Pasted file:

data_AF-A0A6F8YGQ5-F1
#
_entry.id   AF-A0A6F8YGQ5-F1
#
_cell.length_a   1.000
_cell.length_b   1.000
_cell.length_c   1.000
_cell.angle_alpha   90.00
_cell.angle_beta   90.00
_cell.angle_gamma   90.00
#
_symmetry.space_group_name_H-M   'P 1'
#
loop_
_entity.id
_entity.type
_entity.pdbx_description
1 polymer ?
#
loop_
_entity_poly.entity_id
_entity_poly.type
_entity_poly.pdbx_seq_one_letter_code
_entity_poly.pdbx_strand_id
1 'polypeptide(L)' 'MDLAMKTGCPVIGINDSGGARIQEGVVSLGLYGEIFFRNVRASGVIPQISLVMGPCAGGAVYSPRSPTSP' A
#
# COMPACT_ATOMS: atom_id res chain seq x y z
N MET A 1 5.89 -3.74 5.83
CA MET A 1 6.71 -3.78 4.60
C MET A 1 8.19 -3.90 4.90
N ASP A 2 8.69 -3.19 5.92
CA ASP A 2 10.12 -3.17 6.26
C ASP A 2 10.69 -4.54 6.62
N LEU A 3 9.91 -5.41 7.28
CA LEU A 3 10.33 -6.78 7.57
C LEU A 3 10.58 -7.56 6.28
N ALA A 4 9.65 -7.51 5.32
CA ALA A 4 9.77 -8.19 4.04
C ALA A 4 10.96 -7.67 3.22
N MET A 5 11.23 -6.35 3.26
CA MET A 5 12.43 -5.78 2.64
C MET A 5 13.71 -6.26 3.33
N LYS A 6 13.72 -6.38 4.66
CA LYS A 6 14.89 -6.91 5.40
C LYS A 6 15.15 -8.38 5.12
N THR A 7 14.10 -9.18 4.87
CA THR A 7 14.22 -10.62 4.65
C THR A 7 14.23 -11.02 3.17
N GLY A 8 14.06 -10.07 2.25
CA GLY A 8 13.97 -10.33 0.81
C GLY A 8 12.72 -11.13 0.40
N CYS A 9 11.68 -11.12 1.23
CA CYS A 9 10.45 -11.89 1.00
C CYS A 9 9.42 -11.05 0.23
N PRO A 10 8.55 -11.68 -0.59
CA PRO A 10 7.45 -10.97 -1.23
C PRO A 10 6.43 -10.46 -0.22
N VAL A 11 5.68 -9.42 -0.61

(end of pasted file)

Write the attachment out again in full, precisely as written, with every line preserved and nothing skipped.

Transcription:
data_AF-A0A6F8YGQ5-F1
#
_entry.id   AF-A0A6F8YGQ5-F1
#
_cell.length_a   1.000
_cell.length_b   1.000
_cell.length_c   1.000
_cell.angle_alpha   90.00
_cell.angle_beta   90.00
_cell.angle_gamma   90.00
#
_symmetry.space_group_name_H-M   'P 1'
#
loop_
_entity.id
_entity.type
_entity.pdbx_description
1 polymer ?
#
loop_
_entity_poly.entity_id
_entity_poly.type
_entity_poly.pdbx_seq_one_letter_code
_entity_poly.pdbx_strand_id
1 'polypeptide(L)' 'MDLAMKTGCPVIGINDSGGARIQEGVVSLGLYGEIFFRNVRASGVIPQISLVMGPCAGGAVYSPRSPTSP' A
#
# COMPACT_ATOMS: atom_id res chain seq x y z
N MET A 1 5.89 -3.74 5.83
CA MET A 1 6.71 -3.78 4.60
C MET A 1 8.19 -3.90 4.90
N ASP A 2 8.69 -3.19 5.92
CA ASP A 2 10.12 -3.17 6.26
C ASP A 2 10.69 -4.54 6.62
N LEU A 3 9.91 -5.41 7.28
CA LEU A 3 10.33 -6.78 7.57
C LEU A 3 10.58 -7.56 6.28
N ALA A 4 9.65 -7.51 5.32
CA ALA A 4 9.77 -8.19 4.04
C ALA A 4 10.96 -7.67 3.22
N MET A 5 11.23 -6.35 3.26
CA MET A 5 12.43 -5.78 2.64
C MET A 5 13.71 -6.26 3.33
N LYS A 6 13.72 -6.38 4.66
CA LYS A 6 14.89 -6.91 5.40
C LYS A 6 15.15 -8.38 5.12
N THR A 7 14.10 -9.18 4.87
CA THR A 7 14.22 -10.62 4.65
C THR A 7 14.23 -11.02 3.17
N GLY A 8 14.06 -10.07 2.25
CA GLY A 8 13.97 -10.33 0.81
C GLY A 8 12.72 -11.13 0.40
N CYS A 9 11.68 -11.12 1.23
CA CYS A 9 10.45 -11.89 1.00
C CYS A 9 9.42 -11.05 0.23
N PRO A 10 8.55 -11.68 -0.59
CA PRO A 10 7.45 -10.97 -1.23
C PRO A 10 6.43 -10.46 -0.22
N VAL A 11 5.68 -9.42 -0.61